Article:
Somewhere in the tangle of stoner metal and hard rock, where the sinew of heavy distortion meets the sweet muscle of melody and hook, lay the spark of what just might be my favorite kind of music. Hard, biting, but never afraid to grab onto a hook and hold on for dear life. Sometimes you want to roar and smash your head, and sometimes you just want to close your eyes, reach out to the universe and sing along loud enough to let it know you exist, you matter, and you feel the connection the music brings.
The point being, again (for those that missed it the last time): Lo-Pan. Specifically their new album Subtle, which is anything but when it comes to my adoration for it.
From the moment you hear a guitar being plugged in to the fuzz-drenched roar that blasts out of the gate on opener “Ten Days” there’s something different about the band from 2017’s standout release, the In Tensions EP. Being the first release with guitarist Chris Thompson there was something to prove, and “Ten Days” does that, roaring with an aggressive attack that twists the volcanic pipes of Jeff Martin into a guttural scream that brings the entire song up front with an edge that’s reminiscent of the best of forgotten heroes Only Living Witness.
From that blast of power things settle into a groove machine that amply displays why genre aside, Lo-Pan are simply one of the best rock bands out there right now. Both “Savage Heart” and the outstanding “Ascension Day” assert that timeless quality that make the songs feel like they could have come out 25 years earlier yet don’t sound the least bit dated. So much of that is due to Martin’s voice, making every verse and chorus so addicting you’re compelled to sing along, whether you know the lyrics or not. Thompson, along with bassist Skot Thompson ensure the music they’re creating serves the entire band, not just Martin’s dulcet pipes, and the way the bass locks in with drummer Jesse Bartz is machine tight while still audibly organic. If you can create a rhythm that tight and loose simultaneously, you can pretty much throw anything on top of it and it’s gonna make hips move and heads sway.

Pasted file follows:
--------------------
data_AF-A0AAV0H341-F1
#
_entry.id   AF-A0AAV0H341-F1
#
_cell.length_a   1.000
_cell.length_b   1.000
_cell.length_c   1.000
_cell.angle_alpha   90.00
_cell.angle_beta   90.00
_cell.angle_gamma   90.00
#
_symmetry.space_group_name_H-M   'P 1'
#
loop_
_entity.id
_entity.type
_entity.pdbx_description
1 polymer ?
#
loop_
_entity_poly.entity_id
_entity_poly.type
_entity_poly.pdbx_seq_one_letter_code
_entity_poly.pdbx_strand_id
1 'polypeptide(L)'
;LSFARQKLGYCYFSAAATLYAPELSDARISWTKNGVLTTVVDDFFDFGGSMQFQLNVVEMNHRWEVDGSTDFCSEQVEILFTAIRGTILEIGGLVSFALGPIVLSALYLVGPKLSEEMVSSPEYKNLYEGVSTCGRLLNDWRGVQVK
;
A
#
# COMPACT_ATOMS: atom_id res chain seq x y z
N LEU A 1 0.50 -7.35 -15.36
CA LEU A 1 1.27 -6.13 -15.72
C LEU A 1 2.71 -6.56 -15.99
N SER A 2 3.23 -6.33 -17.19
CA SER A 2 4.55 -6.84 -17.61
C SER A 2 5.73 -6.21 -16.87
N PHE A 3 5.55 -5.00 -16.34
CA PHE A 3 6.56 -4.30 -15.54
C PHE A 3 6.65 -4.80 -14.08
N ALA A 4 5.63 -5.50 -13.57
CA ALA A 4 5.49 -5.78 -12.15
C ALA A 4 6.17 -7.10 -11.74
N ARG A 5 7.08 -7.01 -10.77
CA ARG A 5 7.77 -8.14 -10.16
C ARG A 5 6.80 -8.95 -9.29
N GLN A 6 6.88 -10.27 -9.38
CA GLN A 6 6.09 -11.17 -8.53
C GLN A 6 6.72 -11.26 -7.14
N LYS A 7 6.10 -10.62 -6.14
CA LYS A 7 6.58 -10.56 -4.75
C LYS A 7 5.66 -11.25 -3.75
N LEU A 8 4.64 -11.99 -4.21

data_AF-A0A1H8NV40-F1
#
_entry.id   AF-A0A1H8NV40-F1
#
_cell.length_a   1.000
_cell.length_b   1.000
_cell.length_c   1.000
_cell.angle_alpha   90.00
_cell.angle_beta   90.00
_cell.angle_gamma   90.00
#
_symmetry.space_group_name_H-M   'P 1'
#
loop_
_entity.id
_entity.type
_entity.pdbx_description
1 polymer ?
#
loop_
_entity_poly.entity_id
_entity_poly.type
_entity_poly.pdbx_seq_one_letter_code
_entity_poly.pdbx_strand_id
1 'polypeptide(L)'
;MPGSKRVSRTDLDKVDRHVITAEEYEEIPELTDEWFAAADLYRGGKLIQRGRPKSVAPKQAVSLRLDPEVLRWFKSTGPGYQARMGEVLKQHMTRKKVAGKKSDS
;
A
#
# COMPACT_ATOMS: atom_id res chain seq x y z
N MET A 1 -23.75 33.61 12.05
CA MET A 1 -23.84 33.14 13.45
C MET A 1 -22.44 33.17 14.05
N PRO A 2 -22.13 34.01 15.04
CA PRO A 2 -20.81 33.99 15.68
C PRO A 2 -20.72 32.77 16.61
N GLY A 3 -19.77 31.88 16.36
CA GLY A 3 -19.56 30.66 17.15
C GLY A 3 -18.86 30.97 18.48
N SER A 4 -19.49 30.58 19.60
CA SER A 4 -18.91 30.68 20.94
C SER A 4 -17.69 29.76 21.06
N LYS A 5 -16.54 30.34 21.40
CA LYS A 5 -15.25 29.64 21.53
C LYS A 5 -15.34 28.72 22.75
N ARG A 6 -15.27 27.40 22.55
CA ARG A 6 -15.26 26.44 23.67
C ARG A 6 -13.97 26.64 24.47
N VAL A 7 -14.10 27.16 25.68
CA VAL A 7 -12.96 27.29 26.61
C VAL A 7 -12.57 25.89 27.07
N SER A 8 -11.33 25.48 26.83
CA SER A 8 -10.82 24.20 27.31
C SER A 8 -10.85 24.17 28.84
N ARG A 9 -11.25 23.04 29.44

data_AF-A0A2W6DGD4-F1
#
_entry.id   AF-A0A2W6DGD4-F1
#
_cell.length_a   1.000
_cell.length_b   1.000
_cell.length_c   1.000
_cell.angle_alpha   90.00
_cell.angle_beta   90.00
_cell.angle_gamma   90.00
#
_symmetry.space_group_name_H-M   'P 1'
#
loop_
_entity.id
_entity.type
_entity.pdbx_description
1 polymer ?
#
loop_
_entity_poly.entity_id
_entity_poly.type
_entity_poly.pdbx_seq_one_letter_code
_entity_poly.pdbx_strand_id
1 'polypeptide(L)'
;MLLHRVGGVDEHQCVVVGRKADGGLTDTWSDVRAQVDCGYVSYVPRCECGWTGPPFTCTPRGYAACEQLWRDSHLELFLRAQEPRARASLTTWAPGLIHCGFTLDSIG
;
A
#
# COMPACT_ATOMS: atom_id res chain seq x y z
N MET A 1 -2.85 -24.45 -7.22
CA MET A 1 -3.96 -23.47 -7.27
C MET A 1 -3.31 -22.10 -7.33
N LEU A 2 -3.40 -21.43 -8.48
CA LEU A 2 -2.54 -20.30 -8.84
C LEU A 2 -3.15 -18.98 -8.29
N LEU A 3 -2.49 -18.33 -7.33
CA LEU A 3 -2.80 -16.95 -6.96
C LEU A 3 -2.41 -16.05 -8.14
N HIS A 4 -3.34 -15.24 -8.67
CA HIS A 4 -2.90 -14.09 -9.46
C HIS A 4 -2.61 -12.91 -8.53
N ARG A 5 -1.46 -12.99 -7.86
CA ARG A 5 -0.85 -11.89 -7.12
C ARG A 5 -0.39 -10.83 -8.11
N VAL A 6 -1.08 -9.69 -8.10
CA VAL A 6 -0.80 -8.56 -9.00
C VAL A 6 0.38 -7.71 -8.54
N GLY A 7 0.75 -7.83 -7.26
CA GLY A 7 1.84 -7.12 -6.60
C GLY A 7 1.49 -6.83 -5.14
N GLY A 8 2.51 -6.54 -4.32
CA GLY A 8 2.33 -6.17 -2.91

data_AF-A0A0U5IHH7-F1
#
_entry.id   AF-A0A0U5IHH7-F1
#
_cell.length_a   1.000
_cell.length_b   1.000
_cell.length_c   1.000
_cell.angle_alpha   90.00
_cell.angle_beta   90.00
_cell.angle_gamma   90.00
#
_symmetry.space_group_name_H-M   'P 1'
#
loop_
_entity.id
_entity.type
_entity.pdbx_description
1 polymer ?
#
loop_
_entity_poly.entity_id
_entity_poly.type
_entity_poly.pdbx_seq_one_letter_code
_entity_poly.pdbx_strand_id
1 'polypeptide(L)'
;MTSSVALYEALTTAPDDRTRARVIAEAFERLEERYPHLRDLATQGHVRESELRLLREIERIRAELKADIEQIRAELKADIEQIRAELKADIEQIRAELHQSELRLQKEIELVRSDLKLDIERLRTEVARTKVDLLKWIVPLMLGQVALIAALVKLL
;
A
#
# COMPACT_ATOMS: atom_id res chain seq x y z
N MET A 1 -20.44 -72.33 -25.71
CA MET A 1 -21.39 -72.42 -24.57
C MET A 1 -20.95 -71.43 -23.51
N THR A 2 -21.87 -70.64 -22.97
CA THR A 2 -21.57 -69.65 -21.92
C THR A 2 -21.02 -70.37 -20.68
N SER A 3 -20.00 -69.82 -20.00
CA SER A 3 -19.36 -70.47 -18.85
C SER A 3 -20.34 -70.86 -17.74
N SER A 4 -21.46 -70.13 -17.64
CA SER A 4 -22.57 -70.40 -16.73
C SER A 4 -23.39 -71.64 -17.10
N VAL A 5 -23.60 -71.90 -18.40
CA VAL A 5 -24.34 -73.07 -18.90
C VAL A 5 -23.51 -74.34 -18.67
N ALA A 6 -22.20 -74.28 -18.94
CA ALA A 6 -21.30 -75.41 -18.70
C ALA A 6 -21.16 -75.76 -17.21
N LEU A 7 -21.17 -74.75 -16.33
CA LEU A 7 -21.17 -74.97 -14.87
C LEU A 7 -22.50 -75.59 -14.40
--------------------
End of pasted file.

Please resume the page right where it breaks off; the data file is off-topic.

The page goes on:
Fortunately the band isn’t just throwing anything on top: they’re constructing some of the most righteous rock songs you can get. “Sage” burns with that Clutch boogie bass, but Martin’s voice and the choice to hit the verse with an acoustic riff before bringing the roar up make it better than most of Clutch’s last release. Subtle is filled with these wonderfully odd touches, such as the increasingly distorted jazz opening of “Old News, New Fire” which gradually warps and drowns in a locked down riff that circles and buzzes around the verses. “Bring Me a War” is another immediate rager but unexpectedly opens up with some beautifully distorted open chord rings before diving back into the palm-muted attack. And “Butcher’s Bill” expands the band’s consciousness with ambient keyboards that blend in and out of the riffs to lend weight to the overall arc and structure of the song.
Somewhere people are listening to Subtle and Lo-Pan and closing their eyes. They’re feeling the passion and grace found in the way music can connect to something larger, and in those moments, if you watch carefully, you can see the faintest hint of a smile as they catch the wavelength and move out above the Earth on a hook that stretches for miles.